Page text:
Every month I meet individually with various people to discuss their relationship with God.  This includes men and women of different ages, vocations, and life experiences.  Each one of them has sought spiritual direction because they want greater intimacy with God.  Despite this common desire, each person’s relationship with God is as unique as the individual.  In the spiritual life, after all, there are no identical twins.

On average, each individual meeting lasts about an hour.  Depending on what each person is sharing on a particular day, sometimes there are tears, sometimes there is laughter, and sometimes there are both all within the same meeting.  These responses are not because of emotional or psychological problems, but because these are people of prayer.  In their prayer, they are encountering the living God who, although desires to be known, never allows us to grasp him completely.  This seemingly intimate and yet distant aspect of God can cause joy and happiness one day, fear and anxiety the next.

Spiritual direction, unfortunately, has often been misunderstood.  The spiritual director is not some guru who has all the answers, nor is he an expert in discerning exactly what God is doing in your life.  At the same time, the spiritual director, at least most often, is not a psychologist who is looking to discover the causes behind one’s behavior, emotional outlook, or mental state.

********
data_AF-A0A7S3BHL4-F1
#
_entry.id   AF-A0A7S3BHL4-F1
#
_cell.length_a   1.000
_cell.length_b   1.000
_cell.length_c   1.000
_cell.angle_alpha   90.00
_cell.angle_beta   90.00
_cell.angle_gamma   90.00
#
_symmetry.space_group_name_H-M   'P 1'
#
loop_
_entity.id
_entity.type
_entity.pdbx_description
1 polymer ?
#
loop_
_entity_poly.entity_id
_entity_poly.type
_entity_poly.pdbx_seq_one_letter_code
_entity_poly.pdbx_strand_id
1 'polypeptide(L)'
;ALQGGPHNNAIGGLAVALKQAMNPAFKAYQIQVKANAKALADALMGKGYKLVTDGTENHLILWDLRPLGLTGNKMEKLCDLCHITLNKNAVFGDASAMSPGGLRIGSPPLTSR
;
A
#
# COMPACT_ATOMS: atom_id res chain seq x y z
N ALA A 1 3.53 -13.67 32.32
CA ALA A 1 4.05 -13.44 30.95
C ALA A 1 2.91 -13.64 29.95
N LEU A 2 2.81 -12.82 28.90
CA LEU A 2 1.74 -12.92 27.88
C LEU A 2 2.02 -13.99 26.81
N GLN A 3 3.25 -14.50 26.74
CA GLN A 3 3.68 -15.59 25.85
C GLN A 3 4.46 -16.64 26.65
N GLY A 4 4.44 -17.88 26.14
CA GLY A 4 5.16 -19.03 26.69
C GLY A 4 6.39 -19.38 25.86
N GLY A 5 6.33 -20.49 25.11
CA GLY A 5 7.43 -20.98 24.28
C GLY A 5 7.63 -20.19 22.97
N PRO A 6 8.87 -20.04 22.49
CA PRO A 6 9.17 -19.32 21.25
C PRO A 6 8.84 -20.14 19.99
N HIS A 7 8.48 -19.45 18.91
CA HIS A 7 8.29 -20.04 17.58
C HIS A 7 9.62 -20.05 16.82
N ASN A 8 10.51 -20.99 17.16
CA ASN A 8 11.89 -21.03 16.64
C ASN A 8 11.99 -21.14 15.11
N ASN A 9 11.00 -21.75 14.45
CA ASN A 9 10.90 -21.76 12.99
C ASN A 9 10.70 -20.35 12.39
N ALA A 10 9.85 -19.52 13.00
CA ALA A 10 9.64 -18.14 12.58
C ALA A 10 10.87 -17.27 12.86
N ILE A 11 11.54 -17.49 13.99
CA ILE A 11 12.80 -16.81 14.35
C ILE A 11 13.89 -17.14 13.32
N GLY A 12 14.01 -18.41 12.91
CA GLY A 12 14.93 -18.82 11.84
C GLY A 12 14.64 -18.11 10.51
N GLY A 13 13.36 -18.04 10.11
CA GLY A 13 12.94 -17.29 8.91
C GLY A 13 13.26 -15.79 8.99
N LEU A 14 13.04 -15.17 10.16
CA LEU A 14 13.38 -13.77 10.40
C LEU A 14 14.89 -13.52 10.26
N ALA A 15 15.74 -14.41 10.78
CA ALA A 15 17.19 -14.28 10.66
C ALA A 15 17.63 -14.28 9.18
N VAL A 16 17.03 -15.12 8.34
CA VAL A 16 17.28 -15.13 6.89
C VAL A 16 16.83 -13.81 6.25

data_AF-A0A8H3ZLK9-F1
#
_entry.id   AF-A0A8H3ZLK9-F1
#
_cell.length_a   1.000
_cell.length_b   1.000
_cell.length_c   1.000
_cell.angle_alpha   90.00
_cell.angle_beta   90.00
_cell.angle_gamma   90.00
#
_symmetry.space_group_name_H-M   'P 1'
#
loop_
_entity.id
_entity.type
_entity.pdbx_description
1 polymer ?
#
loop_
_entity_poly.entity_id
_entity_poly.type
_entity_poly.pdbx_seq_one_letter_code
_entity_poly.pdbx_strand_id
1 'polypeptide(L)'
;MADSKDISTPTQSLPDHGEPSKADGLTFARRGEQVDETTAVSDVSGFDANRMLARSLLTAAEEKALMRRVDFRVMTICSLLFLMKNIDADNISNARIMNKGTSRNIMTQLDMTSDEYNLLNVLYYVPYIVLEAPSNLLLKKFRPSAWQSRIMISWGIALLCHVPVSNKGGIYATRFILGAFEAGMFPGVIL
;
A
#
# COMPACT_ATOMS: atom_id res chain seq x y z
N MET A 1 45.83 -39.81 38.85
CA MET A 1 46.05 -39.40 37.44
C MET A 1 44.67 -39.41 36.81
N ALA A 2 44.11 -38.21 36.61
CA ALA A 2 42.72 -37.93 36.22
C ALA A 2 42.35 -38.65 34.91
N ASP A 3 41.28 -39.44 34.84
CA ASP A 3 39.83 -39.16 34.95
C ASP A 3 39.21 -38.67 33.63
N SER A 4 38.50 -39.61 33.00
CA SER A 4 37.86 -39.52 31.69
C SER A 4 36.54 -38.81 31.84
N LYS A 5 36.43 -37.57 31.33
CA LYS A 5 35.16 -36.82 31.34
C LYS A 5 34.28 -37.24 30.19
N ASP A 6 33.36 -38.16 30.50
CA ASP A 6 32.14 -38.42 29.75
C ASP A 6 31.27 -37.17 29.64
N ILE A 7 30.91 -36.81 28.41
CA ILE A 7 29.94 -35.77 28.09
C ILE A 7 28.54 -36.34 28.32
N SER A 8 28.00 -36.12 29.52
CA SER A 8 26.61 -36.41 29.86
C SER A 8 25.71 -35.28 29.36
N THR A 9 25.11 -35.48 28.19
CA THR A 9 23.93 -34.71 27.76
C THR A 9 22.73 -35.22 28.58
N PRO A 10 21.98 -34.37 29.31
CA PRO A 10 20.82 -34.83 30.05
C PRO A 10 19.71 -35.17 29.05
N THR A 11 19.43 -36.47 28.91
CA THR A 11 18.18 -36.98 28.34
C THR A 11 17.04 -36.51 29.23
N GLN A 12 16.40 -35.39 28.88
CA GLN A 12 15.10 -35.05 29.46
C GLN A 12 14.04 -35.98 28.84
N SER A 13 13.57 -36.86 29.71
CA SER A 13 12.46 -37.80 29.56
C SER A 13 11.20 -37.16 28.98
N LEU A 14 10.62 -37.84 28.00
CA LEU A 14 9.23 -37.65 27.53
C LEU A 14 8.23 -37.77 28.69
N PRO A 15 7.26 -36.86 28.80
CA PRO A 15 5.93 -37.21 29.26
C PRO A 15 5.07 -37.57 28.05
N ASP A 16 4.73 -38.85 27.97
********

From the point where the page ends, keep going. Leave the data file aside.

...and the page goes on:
Surprisingly, the spiritual director cannot even be considered a friend.  Though friendly in nature, the monthly meetings between a spiritual director and a directee are not the equivalent of two friends getting coffee and catching up on one another’s life.  Since God is the center of this relationship, the space that a director and directee occupy is surrounded in mystery, which is why this relationship defies worldly categories.

If a spiritual director is not a guru, a psychologist, or even a good friend then what is a spiritual director?  A spiritual director is simply someone who assists another person in his relationship with God.  He does this most effectively when he listens, without an agenda, to a person’s experience of God, particularly in an individual’s prayer life.  This listening by the spiritual director helps the other person to hear God’s communication in his own life and notice how he is responding. Only after deeply listening can the director offer his own insights and observations.

Oftentimes people ask me if they need a spiritual director. My answer is always the same: if you desire to take the Gospel seriously then I highly recommend one.  The reason for this, even though we might not like it, is simple: each one of us needs help.  By ourselves, we are unable to perceive God’s action in our lives.  The Christian life flourishes, not when we live in isolation from others, but when we can share the joys and struggles with another believer, who not only desires to see our relationship with God grow but who is mature enough to sit with us and listen to us as we sift through a wide range of emotions and experiences.